Worthy thanks the true fans’

CHRIS LAKEY Nigel Worthington issued a firm statement of intent - as well as a back-handed swipe at some of his detractors yesterday - as the Canaries finished their season with a disappointing 2-1 home defeat by Wolves and a ninth-place Championship finish.


Nigel Worthington issued a firm statement of intent - as well as a back-handed swipe at some of his detractors yesterday - as the Canaries finished their season with a disappointing 2-1 home defeat by Wolves and a ninth-place Championship finish.

Having endured a season of frustration and under-achievement which culminated in fans calling for his head, Worthington came out fighting after joining his players for the traditional post-game lap of honour.

But while many expected the Canaries boss to be the target of the boo-boys, it turned out to be just the opposite, as the fans rose to salute the man who has endured the most difficult of his five seasons at the helm.

It was a reception Worthington clearly enjoyed - although his post-game comments will undoubtedly stir up another hornets' nest on the electronic highway which has been judge, jury and executioner this season.

“I thought the crowd was excellent,” he said. “On the lap after the game I thought the true supporters were there and showed that exceptionally well, and great credit to them.

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“They are the ones who are there through thick and thin. You would love to have it your own way all the time, but it's a game of football. It's like life; it's up and down, in and out.”

And while the Worthy Out brigade might be hoping for changes in the summer, there was no indication from Worthington that he was going anywhere.

“It's been a great challenge this year, one that I have relished, one that I have grown to, and it has made me more determined to try and get it spot on for next year,” he said.

Worthington was also quick to dismiss any suggestion that he might have opted out of the lap of honour.

“No, not at all,” he said. “There is a challenge there - I will stand up to the challenge. The supporters deserve that, they work hard for their money, they travel far and wide, they come every week.

“To see 18,000 season tickets sold for next season and there's 1500 on the waiting list - there must be something going right somewhere, because if you look in the Premiership there are a lot of empty seats. To see a full house at Carrow Road is very impressive.”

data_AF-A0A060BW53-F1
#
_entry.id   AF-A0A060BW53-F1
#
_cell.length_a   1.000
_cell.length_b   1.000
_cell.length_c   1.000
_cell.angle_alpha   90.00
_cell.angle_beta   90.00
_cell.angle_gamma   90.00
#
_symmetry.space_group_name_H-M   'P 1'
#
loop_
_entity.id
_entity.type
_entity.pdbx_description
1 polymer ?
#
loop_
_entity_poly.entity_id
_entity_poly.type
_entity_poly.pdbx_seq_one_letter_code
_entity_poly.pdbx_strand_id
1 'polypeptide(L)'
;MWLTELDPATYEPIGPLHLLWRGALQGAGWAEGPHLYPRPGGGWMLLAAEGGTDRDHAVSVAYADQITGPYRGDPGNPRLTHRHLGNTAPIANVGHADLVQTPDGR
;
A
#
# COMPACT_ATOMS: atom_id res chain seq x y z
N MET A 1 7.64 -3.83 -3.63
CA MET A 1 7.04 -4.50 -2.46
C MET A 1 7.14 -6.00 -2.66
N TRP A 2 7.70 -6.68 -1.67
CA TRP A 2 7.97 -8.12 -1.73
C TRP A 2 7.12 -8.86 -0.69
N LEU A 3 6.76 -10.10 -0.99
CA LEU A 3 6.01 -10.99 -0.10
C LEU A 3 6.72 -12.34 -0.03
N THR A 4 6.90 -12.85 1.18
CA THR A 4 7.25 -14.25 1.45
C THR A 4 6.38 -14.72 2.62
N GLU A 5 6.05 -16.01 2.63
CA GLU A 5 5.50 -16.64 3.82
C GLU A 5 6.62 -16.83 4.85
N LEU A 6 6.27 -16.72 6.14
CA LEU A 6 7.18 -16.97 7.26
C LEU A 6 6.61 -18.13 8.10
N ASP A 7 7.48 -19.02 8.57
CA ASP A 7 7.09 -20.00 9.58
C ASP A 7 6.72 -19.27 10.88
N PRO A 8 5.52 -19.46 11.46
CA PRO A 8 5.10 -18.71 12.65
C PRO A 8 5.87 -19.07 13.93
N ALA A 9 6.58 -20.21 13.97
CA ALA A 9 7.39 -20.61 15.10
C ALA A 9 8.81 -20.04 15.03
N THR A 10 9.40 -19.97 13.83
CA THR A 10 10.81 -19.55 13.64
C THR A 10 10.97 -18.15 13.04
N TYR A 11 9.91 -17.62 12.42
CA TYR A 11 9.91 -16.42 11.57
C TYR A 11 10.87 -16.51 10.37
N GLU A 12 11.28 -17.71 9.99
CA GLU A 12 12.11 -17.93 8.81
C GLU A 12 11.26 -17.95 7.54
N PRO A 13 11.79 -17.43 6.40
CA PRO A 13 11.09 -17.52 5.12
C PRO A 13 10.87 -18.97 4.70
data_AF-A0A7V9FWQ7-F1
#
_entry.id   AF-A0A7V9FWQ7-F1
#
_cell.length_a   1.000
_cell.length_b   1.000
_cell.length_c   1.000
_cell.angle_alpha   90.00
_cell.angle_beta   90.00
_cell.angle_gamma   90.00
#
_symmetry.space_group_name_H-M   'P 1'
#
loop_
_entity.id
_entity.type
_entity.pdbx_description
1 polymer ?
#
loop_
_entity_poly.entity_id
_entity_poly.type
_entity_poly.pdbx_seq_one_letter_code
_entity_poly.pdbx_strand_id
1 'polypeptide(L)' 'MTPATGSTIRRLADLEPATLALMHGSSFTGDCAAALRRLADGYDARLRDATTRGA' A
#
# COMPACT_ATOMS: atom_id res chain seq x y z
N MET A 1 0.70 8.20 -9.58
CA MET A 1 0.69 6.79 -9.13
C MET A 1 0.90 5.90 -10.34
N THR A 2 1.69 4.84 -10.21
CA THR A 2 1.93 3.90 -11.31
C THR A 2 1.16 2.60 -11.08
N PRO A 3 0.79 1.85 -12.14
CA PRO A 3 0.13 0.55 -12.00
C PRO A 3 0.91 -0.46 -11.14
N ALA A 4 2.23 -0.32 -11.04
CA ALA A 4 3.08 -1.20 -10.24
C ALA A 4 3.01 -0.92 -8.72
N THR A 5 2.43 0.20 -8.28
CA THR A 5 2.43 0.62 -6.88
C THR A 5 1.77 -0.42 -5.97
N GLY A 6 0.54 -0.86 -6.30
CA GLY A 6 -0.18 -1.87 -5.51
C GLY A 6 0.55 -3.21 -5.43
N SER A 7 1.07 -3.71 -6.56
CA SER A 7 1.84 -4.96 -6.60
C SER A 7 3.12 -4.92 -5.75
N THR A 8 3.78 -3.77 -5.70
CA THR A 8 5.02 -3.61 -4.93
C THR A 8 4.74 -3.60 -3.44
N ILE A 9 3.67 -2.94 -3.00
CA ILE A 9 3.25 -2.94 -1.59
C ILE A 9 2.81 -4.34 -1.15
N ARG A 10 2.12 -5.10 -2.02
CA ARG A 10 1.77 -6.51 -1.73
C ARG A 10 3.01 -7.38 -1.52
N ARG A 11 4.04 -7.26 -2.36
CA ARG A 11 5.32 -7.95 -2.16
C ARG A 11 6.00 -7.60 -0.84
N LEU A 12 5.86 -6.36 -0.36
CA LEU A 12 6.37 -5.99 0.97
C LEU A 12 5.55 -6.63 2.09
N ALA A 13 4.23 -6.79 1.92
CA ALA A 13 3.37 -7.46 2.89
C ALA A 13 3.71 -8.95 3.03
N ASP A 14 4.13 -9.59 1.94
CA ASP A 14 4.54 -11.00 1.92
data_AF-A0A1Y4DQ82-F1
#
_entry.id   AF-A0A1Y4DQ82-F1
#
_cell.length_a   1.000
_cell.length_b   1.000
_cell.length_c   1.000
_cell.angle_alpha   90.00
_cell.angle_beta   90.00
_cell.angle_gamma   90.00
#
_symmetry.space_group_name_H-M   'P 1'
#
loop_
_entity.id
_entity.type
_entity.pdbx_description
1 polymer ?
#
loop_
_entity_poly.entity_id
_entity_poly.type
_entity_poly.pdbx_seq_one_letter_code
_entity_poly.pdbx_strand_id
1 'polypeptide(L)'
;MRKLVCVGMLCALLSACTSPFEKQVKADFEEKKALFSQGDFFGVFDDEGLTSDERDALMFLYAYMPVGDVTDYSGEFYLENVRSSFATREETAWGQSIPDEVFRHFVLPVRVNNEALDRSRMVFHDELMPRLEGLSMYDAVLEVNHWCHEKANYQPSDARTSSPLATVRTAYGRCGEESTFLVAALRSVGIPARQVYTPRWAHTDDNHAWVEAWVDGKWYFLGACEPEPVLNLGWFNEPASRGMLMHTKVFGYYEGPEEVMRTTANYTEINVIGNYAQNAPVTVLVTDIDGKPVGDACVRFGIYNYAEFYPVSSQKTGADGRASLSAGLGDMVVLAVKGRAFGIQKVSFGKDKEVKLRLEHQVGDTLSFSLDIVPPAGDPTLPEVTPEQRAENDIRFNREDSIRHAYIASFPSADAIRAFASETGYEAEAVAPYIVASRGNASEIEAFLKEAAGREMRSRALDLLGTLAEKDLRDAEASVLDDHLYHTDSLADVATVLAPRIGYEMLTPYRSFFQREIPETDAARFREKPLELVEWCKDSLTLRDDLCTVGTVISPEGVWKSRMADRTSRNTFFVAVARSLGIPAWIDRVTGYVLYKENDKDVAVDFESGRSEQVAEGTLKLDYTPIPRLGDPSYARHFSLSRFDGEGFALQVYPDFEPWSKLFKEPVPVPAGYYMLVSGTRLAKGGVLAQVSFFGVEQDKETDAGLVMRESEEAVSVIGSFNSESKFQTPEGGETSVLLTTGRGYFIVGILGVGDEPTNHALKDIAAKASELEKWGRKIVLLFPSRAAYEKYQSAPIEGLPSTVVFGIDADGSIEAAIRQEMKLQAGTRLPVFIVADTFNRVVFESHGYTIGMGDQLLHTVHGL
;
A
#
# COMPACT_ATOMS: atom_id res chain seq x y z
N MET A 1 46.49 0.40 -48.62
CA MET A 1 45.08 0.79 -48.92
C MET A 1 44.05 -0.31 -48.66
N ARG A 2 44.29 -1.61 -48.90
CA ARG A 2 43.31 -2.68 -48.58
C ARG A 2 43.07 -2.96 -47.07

Worthington will make changes in the summer, some forced, some not: Simon Charlton and Darren Ward are definitely leaving, Jason Jarrett looks almost certain to go, and loan players Jonatan Johansson and Zesh Rehmann, who have almost fallen off the radar anyway, are going back to their parent clubs. On top of that the Paul Gallacher situation has yet to be resolved, with the talks still “on-going” as the Scottish keeper mulls over a contract offer - and the rumours over number one Robert Green won't stop until he either leaves Carrow Road or he starts on the first day of next season.

“There are two or three players leaving who are out of contract and there will certainly be players coming in,” said Worthington. “Thereafter with players leaving the club we will have to wait and see what happens.”

There are a few guarantees, though, including Gary Doherty - this year's Barry Butler Memorial Trophy winner as player of the season - and striker Robert Earnshaw.

It was Earnshaw who gave City a glimmer of hope yesterday as he clawed a goal back a minute after Wolves had gone two up, his eighth strike in 13 starts.

“He's at the very start of his career with Norwich City and part of the reason we brought him here in the first place is because he scores goals,” said Worthignton. “We know he can score goals at this level and he's proved that in his 13 games - eight in 13 starts - so he is delivering what he is capable of. He scores goals.”

But even Earnshaw couldn't save City from going down to their seventh home defeat of the season ending a six-game winning run at Carrow Road and brining a little cheer to fans who had expected so much, perhaps too much, from this season.

“It would have been nice to have finished in the play-offs, nice to get promotion - ifs and buts,” said Worthignton. “We deal with reality and the reality is if we had had as good a first half as second half you'd have certainly been in the running, plus the automatic promotion places but it was not to be.

“You look at all the aspects; the injuries we have had, people being at the club who wanted to leave the club in the transfer window period of time - that's unsettling as well, it all has to be taken into the scenario.”

City showed signs of what fans had been hoping to see more of all season, but in the end were undone by defensive frailties and good finishing - as well as a goalkeeper in good form.

“I thought it was a good game, I thought it was a very good performance. We worked hard and I thought we passed the ball probably as well today as we have for quite a while at home,” he said. “We just didn't get the rub of the green to get something from the game, but a lot of plusses.

“Our goalkeeper practically had nothing to do, Matt Murray has come in for his first game of the season and had a blinder. We have hit the post and overall there were a lot of good signs which I am very, very pleased with - disappointed that we have lost the game because it would have been nice to finish eighth or seventh, but you don't always get it the way you want.”